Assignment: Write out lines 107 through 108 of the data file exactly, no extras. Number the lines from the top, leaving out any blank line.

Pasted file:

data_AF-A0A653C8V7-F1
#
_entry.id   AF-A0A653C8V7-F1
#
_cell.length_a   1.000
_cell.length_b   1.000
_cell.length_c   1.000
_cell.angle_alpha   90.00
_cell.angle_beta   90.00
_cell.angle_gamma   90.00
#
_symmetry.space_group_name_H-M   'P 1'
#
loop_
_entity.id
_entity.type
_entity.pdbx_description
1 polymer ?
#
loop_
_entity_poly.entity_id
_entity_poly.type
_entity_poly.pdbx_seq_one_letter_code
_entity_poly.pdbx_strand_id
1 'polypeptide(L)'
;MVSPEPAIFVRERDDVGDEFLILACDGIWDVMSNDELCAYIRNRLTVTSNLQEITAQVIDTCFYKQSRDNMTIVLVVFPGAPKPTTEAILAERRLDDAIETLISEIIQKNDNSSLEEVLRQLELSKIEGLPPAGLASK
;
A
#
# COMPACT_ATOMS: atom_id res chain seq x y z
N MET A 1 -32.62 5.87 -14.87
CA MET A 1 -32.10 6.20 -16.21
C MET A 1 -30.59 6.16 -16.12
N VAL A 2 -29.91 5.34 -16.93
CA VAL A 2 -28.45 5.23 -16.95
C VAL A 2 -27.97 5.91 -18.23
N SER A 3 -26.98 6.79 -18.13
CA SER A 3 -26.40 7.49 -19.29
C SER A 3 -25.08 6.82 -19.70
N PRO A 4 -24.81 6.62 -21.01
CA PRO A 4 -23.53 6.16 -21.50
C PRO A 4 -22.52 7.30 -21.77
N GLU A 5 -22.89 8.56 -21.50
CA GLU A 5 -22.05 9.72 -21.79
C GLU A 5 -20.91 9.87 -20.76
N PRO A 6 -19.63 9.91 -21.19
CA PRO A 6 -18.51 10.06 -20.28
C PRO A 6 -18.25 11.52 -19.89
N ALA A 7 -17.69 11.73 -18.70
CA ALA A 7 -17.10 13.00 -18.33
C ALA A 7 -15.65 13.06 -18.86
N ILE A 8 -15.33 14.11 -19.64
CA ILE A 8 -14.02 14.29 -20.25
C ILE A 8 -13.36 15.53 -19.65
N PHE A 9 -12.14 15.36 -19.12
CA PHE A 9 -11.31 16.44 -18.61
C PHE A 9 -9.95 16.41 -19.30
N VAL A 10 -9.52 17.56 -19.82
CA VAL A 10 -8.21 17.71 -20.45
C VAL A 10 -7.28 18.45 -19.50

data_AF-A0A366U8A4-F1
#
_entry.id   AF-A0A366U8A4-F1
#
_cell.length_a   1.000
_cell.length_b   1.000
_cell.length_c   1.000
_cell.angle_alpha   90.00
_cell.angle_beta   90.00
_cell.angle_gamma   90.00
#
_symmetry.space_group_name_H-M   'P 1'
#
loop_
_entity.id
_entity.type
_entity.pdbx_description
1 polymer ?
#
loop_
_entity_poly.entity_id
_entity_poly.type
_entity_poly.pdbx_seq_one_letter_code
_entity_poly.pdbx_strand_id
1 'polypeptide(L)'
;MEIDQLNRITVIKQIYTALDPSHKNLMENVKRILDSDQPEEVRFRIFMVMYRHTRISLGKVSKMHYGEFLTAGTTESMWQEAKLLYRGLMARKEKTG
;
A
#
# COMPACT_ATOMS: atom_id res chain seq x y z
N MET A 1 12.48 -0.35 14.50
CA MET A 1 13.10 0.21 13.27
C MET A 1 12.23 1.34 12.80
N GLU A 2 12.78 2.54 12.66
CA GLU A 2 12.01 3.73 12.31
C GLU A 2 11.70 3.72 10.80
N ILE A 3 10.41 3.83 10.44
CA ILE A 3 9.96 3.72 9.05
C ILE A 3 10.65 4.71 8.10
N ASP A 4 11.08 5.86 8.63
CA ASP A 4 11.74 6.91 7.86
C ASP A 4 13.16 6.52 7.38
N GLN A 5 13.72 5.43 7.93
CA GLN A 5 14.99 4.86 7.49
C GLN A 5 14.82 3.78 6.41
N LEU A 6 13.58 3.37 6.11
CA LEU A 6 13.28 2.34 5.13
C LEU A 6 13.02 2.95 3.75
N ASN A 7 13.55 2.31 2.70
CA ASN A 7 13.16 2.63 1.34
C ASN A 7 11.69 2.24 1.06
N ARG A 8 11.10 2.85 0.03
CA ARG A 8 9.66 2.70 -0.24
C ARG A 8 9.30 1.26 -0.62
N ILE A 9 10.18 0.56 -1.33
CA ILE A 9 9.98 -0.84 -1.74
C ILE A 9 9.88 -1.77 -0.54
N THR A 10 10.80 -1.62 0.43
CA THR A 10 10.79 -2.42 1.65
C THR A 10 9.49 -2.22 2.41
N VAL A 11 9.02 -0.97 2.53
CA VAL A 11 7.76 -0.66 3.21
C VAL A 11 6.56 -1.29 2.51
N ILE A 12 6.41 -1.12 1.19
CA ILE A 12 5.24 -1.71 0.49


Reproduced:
CA LEU A 6 13.28 2.34 5.13
C LEU A 6 13.02 2.95 3.75